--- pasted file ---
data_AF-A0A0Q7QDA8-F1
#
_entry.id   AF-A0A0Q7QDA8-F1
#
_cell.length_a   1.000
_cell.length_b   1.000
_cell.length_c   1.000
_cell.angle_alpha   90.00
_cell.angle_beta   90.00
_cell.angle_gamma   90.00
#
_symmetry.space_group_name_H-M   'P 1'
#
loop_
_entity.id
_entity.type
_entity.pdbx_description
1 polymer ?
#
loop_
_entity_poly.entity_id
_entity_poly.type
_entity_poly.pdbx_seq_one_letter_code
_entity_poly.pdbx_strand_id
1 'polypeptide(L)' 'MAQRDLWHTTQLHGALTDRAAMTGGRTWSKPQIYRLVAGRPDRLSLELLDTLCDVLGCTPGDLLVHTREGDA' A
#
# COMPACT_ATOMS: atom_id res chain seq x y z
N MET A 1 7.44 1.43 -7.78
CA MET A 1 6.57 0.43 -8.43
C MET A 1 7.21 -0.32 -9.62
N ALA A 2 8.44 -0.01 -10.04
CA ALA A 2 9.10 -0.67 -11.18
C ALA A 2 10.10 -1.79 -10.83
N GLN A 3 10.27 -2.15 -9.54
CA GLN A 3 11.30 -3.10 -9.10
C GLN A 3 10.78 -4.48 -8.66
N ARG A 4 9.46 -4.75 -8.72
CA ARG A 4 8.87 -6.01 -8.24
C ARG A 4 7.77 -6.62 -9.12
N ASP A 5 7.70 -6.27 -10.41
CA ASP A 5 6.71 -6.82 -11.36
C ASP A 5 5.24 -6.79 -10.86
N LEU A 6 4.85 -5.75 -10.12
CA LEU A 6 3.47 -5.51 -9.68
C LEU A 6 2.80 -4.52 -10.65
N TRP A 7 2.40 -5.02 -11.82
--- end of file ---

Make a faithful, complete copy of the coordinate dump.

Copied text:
data_AF-A0A0Q7QDA8-F1
#
_entry.id   AF-A0A0Q7QDA8-F1
#
_cell.length_a   1.000
_cell.length_b   1.000
_cell.length_c   1.000
_cell.angle_alpha   90.00
_cell.angle_beta   90.00
_cell.angle_gamma   90.00
#
_symmetry.space_group_name_H-M   'P 1'
#
loop_
_entity.id
_entity.type
_entity.pdbx_description
1 polymer ?
#
loop_
_entity_poly.entity_id
_entity_poly.type
_entity_poly.pdbx_seq_one_letter_code
_entity_poly.pdbx_strand_id
1 'polypeptide(L)' 'MAQRDLWHTTQLHGALTDRAAMTGGRTWSKPQIYRLVAGRPDRLSLELLDTLCDVLGCTPGDLLVHTREGDA' A
#
# COMPACT_ATOMS: atom_id res chain seq x y z
N MET A 1 7.44 1.43 -7.78
CA MET A 1 6.57 0.43 -8.43
C MET A 1 7.21 -0.32 -9.62
N ALA A 2 8.44 -0.01 -10.04
CA ALA A 2 9.10 -0.67 -11.18
C ALA A 2 10.10 -1.79 -10.83
N GLN A 3 10.27 -2.15 -9.54
CA GLN A 3 11.30 -3.10 -9.10
C GLN A 3 10.78 -4.48 -8.66
N ARG A 4 9.46 -4.75 -8.72
CA ARG A 4 8.87 -6.01 -8.24
C ARG A 4 7.77 -6.62 -9.12
N ASP A 5 7.70 -6.27 -10.41
CA ASP A 5 6.71 -6.82 -11.36
C ASP A 5 5.24 -6.79 -10.86
N LEU A 6 4.85 -5.75 -10.12
CA LEU A 6 3.47 -5.51 -9.68
C LEU A 6 2.80 -4.52 -10.65
N TRP A 7 2.40 -5.02 -11.82